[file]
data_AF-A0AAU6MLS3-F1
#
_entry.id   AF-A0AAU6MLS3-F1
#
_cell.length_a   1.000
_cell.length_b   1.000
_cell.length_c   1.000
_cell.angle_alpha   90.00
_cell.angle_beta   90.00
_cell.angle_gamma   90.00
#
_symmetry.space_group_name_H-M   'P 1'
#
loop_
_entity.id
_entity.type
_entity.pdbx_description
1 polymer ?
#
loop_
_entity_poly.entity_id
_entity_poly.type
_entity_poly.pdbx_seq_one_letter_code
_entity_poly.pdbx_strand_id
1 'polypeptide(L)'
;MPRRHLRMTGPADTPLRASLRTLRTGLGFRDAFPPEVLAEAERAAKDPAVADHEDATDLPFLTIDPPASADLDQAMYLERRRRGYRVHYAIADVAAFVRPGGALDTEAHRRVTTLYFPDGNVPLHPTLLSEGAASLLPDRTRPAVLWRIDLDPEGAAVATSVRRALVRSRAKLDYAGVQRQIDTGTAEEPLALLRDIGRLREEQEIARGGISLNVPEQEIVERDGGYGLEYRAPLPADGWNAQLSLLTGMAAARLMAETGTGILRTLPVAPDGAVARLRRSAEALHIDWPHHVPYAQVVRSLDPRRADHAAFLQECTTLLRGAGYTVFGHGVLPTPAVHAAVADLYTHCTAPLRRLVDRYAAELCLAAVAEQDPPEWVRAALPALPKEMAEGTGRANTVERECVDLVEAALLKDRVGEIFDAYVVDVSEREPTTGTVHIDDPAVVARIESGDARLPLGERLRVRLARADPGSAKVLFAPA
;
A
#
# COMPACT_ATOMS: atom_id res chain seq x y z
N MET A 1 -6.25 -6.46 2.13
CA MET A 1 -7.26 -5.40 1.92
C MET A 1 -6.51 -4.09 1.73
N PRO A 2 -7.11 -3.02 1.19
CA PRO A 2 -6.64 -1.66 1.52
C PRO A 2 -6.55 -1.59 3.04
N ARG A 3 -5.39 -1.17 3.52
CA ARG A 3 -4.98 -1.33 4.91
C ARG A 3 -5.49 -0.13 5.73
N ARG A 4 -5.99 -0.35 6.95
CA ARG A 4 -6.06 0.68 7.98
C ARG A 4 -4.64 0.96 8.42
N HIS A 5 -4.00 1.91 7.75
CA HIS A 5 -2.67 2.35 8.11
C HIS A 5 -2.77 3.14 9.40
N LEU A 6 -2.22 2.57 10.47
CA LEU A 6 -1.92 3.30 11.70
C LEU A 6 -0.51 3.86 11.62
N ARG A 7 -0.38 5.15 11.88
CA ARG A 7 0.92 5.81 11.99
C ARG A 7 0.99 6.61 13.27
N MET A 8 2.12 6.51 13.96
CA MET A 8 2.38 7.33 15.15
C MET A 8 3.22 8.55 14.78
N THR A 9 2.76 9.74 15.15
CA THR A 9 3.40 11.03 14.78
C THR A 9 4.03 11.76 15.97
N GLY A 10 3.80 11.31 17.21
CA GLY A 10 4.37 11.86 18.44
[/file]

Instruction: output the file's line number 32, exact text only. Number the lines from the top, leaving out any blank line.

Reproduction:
CA MET A 1 -7.26 -5.40 1.92